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WIPO Arbitration and Mediation Center
ADMINISTRATIVE PANEL DECISION
Frontier Distribution LLC v. Belize Domain WHOIS Service Lt.
Case No. D2007-1203
1. The Parties
The Complainant is Frontier Distribution LLC, Norway, Iowa, United States of America, represented by Shuttleworth & Ingersoll P.L.C., United States of America.
The Respondent is Belize Domain WHOIS Service Lt., City of Belmopan, Belize, with an internet address at ZIPA L.L.C., New Orleans, Los Angeles, United States of America.
2. The Domain Name and Registrar
The disputed domain name <auracacia.org> is registered with Intercosmos Media Group d/b/a directNIC.com.
3. Procedural History
The Complaint was filed with the WIPO Arbitration and Mediation Center (the “Center”) on August 2, 2007, by e-mail and on August 7, 2007, by hard copy naming ZIPA LLC as the Registrant. On August 31, 2007 by e-mail and on September 3, 2007, by hard copy an Amended Complaint correcting the name of the domain name on one page. On August 17, 2007, the Center transmitted by email to Intercosmos Media Group d/b/a directNIC.com a request for registrar verification in connection with the domain name at issue. On the same day Intercosmos Media Group d/b/a directNIC.com transmitted by email to the Center its verification response advising that the current registrant is Belize Domain WHOIS Service Lt. and providing the contact details. On September 11, 2007 the Center by a Complaint Deficiency Notification advised the Complainant that according to information received from the concerned registrar the registrant of record is Belize Domain WHOIS Service Lt. The Complainant forwarded to the Center by e-mail on September 12, 2007 and by hard copy on September 17, 2007 the Second Amended Complaint in which the Complainant added the name of Belize Domain WHOIS Service Lt. to the name of ZIPA LLC as the name or names of the Respondent.
The Center verified that the Second Amended Complaint satisfied the formal requirements of the Uniform Domain Name Dispute Resolution Policy (the “Policy”), the Rules for Uniform Domain Name Dispute Resolution Policy (the “Rules”), and the WIPO Supplemental Rules for Uniform Domain Name Dispute Resolution Policy (the “Supplemental Rules”).
In accordance with the Rules, paragraphs 2(a) and 4(a), the Center formally notified the Respondent of the Complaint, and the proceedings commenced on September 13, 2007. In accordance with the Rules, paragraph 5(a), the due date for Response was October 3, 2007. The Respondent did not submit any response. Accordingly, the Center notified the Respondent’s default on October 8, 2007.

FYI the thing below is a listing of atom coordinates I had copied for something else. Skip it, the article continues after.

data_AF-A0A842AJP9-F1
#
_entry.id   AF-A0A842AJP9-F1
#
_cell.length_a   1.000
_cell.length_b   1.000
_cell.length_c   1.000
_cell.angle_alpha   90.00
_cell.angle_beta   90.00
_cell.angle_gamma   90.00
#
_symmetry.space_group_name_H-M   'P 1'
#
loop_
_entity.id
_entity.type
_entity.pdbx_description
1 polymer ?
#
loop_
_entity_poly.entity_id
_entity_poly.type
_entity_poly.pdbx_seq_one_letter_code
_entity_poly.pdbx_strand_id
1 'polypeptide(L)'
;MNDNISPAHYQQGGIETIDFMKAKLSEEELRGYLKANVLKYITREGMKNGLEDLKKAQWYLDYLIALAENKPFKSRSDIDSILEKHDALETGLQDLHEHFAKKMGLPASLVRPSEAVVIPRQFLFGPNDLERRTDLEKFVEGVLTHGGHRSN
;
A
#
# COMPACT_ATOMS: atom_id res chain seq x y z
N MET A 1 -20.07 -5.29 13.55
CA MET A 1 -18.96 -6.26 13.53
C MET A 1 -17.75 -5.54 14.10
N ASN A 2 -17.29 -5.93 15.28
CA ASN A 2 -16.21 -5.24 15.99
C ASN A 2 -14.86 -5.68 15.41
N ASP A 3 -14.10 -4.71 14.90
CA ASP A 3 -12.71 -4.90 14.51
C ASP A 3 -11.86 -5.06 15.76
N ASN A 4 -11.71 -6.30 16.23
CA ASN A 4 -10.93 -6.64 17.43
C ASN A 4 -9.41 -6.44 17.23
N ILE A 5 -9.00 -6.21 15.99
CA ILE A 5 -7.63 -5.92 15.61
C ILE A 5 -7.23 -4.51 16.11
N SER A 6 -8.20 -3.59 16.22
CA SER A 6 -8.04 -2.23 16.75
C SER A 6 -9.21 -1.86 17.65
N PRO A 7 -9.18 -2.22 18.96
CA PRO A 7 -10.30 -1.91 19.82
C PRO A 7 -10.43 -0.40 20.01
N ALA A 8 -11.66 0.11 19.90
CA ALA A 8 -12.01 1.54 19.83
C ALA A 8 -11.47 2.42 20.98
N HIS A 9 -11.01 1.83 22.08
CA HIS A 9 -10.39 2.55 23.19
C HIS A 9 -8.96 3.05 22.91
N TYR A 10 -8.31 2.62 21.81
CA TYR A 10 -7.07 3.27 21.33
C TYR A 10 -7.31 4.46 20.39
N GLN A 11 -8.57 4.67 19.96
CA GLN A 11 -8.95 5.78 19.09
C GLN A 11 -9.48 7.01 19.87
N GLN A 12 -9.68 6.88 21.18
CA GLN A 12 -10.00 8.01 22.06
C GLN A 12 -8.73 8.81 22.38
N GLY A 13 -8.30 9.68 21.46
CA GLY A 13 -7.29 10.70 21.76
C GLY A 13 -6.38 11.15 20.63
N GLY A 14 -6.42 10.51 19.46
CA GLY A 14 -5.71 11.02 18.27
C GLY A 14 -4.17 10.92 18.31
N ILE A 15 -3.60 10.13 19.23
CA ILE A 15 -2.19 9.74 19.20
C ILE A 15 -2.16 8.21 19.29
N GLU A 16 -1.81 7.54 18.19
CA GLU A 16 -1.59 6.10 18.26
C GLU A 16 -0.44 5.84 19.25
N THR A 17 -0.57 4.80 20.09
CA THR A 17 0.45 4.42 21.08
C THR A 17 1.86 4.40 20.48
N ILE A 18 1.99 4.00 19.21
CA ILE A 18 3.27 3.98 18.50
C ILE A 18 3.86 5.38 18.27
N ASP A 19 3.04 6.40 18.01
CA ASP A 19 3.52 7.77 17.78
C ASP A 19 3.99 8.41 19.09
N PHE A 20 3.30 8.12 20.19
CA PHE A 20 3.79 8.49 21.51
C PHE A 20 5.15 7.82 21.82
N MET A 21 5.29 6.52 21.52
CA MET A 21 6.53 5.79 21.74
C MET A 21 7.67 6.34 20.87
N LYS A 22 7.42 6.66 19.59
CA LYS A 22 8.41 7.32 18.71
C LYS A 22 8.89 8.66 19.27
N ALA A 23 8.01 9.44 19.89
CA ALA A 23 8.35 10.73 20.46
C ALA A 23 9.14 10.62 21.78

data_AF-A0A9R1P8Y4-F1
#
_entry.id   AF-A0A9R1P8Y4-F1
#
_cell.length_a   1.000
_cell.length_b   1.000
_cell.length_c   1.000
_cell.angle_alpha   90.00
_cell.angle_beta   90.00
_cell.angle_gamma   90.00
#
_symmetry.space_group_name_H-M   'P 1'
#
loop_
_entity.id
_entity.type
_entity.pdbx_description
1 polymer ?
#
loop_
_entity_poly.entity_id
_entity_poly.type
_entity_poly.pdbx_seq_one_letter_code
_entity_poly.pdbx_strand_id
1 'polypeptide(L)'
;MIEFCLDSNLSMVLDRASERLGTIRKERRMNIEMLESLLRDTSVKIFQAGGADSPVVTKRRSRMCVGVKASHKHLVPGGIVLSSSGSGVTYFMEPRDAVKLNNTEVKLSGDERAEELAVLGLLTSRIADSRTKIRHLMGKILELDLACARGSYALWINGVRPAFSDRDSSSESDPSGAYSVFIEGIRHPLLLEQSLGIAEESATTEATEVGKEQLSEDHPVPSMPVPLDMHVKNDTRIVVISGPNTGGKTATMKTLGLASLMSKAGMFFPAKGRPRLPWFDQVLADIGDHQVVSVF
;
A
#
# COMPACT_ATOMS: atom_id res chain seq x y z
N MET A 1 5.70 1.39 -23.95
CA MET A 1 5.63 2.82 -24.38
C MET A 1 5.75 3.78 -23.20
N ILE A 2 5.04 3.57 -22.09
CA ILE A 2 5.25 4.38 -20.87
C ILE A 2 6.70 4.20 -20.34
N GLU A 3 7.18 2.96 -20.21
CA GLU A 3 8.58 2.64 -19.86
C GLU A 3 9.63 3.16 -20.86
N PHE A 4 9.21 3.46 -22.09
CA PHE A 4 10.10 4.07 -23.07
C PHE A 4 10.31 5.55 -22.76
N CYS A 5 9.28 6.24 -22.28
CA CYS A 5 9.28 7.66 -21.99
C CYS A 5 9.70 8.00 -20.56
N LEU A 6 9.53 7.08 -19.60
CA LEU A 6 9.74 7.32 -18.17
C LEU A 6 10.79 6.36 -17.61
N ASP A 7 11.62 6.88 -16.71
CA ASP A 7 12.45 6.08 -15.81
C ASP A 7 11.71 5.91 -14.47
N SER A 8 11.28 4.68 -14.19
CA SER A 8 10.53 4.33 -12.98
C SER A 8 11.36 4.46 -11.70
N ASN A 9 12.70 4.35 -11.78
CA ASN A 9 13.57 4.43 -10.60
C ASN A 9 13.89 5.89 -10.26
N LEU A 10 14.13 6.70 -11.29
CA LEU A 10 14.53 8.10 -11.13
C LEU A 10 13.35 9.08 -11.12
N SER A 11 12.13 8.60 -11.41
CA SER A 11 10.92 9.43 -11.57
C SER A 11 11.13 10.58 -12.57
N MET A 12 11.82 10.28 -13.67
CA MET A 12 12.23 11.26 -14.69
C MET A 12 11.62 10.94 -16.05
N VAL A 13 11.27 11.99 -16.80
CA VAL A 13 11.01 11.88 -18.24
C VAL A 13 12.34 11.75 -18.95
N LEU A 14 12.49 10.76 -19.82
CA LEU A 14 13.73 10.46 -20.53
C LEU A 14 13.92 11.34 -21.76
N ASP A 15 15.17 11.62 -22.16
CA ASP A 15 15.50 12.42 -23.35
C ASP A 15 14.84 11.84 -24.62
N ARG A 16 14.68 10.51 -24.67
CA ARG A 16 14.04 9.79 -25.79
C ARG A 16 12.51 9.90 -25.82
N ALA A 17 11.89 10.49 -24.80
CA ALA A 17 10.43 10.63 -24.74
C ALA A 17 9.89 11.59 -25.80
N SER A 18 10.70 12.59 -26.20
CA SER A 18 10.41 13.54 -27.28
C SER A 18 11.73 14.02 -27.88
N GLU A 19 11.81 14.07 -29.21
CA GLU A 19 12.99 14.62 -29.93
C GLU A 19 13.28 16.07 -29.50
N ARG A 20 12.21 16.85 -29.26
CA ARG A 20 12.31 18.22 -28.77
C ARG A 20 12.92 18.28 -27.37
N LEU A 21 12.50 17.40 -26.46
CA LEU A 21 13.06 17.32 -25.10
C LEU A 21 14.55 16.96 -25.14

The Center appointed Joan Clark as the sole panelist in this matter on October 22, 2007. The Panel finds that it was properly constituted. The Panel has submitted the Statement of Acceptance and Declaration of Impartiality and Independence, as required by the Center to ensure compliance with the Rules, paragraph 7.
4. Factual Background
According to the WHOIS Search Results of Network Solutions the Registrant is Belize Domain WHOIS Service Lt., with registrant, administrative and technical e-mail contact addresses at “email@example.com”. Network Solutions also provided for this domain name an IP address “188.8.131.52”, which is for the name “Zipa, LLC”. The registrar, Intercosmos Media Group d/b/a directNIC.com, in answer to enquiry from the Center, confirmed that the Respondent is Belize Domain WHOIS Service Lt. The Panel is of the opinion that the Respondent in this case is Belize Domain WHOIS Service Lt.
The domain name in issue was created on February 6, 2006 and has an expiration date of February 6, 2008.
The Complainant declared it is the owner of numerous United States trademark registrations in connection with manufacture and sale of aromatherapy products, for the words “aura cacia” alone or in combination with other words, some of which are declared to have been used as early as 1981.
5. Parties’ Contentions
The Complainant asserts that long prior to Respondent’s registration of the disputed domain name <auracacia.org> the Complainant has engaged in, and is now engaged in the manufacture and sale of aromatherapy products, including a selection of essential oils, room sprays, room deodorizers, diffusers, perfumes and ready-to-use skin care products. The Complainant further asserts that long prior to Respondent’s registration of the domain name, the Complainant has used and is now using the trademark AURA CACIA in connection with certain of its products and is the owner of multiple U.S. applications and registrations for the mark AURA CACIA. Some of these are for the words AURA CACIA alone, and some are for these words in combination with other words.
The Complainant states it has made a substantial investment in advertising and promoting its AURA CACIA products and that the Complainant’s customers have come to know and recognize Complainant’s mark and associate it with Complainant and the goods sold by it, and further that the Complainant has built goodwill in connection with the sales of products under its mark.
The Complaint maintains that the disputed domain name <auracacia.org> is identical and confusingly similar to the Complainant’s trademark AURA CACIA.
The Complainant maintains that the Respondent has no rights or legitimate interests in respect of the disputed domain name because (1) many of the products listed at the domain name are identical to Complainant’s products but do not originate from Complainant, (2) Respondent has not been commonly known by the domain name, (3) Respondent is not making a legitimate non commercial use or fair use of the domain name, and (4) Respondent registered the domain name long after Complainant commenced use of the trademark AURA CACIA in connection with its products.